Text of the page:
To Andy G. again for listening to some horrible things I’ve said and understanding them.

To Mike Carsten, for leaving a thermos of coffee outside my door and helping me find a place for Adam’s party. For bringing Bixby up.

To all of Adam’s friends I’ve never met but who have thought of him, shared a spot with him for Rogue One.

For Carrie Hansen, and fellow Central City choir members who sang in his honor.

To Cristen, someone I have never met, who reached out through FB to give me an ear and understanding.

To the Kimlickos, who just moved to sit with me during Winter Celebration when I broke down.

To Amy Windham, shit you have gotten me through a lot. Without you I’d have really high blood pressure and be so depressed, and I would never have made it to Texas for Thanksgiving. Plus, you are you.

To Kallie, who texts me once a week to check in. And also, how lucky am I that one of my AFA cadets from 20 years ago is now my friend?

To everyone at Fountain Valley School. You have no idea the gift that this place is. This is why I am passionate about it. If I could bottle this feeling, there wouldn’t be a family in the world who wouldn’t want to send their kid to FVS. These people love. These people care. They are a safe haven.

To the folks from my time at U.S. Figure Skating … people I have not spoken to in more than 10 years … your notes of condolence, gifts to the Liver Foundation. I have felt so much love from you.

To Jessica Patterson, who convinced me to go to grief and yoga therapy, where I learned how far I am from being alone. You have given me so much wisdom in these few weeks.

To everyone who has ever read this blog, liked a status, listened to me share another story about Adam. He lives on when we talk about him.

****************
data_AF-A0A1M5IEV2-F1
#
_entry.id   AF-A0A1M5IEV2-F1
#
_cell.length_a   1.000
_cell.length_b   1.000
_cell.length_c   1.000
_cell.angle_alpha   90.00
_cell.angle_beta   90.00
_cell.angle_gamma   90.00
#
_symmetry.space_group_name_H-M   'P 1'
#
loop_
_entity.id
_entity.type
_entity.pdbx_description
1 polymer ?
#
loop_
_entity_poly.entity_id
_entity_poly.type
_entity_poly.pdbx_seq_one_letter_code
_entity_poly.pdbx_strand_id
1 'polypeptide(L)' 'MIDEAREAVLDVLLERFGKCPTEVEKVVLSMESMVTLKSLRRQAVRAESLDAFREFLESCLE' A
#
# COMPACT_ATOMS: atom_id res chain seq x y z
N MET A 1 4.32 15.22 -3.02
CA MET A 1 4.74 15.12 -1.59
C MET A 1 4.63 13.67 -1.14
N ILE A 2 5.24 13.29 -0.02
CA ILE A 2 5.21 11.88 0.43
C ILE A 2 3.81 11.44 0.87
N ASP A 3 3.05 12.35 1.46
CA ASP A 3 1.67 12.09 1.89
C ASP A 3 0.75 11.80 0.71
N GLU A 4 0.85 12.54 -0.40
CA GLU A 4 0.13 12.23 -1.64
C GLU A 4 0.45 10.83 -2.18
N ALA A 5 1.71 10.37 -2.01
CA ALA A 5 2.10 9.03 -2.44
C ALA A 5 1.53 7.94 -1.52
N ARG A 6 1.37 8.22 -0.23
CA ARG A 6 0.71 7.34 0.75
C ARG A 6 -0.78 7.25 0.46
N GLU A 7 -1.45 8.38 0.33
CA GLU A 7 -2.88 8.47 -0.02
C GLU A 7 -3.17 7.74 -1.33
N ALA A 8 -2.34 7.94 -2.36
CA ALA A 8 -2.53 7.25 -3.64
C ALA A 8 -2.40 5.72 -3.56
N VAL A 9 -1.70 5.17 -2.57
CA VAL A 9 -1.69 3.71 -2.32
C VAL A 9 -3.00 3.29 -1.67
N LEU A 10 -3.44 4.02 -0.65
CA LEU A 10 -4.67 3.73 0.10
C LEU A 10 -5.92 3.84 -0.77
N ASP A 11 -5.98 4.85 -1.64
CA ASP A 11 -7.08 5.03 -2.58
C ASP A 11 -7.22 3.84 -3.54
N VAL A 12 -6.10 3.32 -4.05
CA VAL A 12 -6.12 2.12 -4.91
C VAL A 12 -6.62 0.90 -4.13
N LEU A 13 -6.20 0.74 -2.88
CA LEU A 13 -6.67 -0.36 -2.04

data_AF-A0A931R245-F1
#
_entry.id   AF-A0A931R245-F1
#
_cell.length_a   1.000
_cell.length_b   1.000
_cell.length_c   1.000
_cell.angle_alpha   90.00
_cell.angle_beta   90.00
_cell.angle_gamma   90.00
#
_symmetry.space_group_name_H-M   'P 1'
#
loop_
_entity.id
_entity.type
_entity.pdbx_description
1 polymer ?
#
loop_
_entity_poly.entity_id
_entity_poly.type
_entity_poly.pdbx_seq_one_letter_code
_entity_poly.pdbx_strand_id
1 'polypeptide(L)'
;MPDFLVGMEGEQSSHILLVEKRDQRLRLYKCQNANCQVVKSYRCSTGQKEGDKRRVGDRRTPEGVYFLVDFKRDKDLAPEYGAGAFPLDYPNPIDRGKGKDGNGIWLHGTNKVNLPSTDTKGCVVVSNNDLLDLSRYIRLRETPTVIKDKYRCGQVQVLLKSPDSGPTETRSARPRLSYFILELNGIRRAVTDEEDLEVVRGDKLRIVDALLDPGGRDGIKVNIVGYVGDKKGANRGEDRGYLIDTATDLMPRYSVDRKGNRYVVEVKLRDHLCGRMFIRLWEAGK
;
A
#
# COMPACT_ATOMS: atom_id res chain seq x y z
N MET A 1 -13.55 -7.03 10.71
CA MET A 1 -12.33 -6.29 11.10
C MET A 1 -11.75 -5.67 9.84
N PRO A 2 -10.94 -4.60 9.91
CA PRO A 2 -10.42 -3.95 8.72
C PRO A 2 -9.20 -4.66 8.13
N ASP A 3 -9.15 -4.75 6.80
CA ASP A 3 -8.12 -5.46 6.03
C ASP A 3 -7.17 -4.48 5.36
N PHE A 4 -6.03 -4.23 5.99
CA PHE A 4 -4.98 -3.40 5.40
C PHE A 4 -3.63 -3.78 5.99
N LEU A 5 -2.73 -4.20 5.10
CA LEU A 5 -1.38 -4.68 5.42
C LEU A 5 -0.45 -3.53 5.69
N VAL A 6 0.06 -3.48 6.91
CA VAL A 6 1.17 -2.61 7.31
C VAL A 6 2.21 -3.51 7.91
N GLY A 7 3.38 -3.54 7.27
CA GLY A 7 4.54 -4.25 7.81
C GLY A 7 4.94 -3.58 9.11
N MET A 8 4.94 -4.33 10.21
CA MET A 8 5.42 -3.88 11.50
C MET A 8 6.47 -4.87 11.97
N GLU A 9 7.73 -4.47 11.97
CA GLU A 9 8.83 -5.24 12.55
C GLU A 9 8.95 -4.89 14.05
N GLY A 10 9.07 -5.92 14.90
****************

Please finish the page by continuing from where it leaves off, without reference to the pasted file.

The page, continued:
To my nieces, who keep checking in on me as I sit alone with my computer, too anxious to join the celebration in the next room. They have been raised well. They have let me cry, they have said Uncle Adam’s name.

To Avery, who has listened patiently as I rambled on, helped me sift through cards, who moved everything from one refrigerator to the next when I thought mine was broken (and to Brenna again who just suggested I unplug it and then plug it back in!)

To everyone who sent me cards, food, flowers, plants, gifts of any kind. I have broken down with each one because the thoughtfulness in the world can be overwhelming at times. You don’t know the beauty of the world until grief hits you. I have eaten more cookies, chips and pop-tarts that I thought were possible.

To Hollie, for her help with my thank-you notes.

To Alea, who has given so much love to Bixby and kept him calm through the stress.

To Charlie, who sadly shares trauma of her own, but has opened up so I feel less alone.

To Erin and Aaron, I don’t know what I would have done without you two at all. For everything, but mostly for the night I had to come over and cry hysterically in your house. But also for Rogue One, Iris, and a million other things. I feel like part of the family.

To Kathy Curry, who is helping me navigate this grief, even as she tackles her own. Amazing woman.

To Steve and Bev Curry, who opened their home for Thanksgiving and let me be the worst guest imaginable. To my brother- and sisters-in-laws for letting me still be part of the family.

To my sister, my brother in law, my nieces, my uncle, my cousins, my mom …you all most of all,… you are the ones I know who will always be there.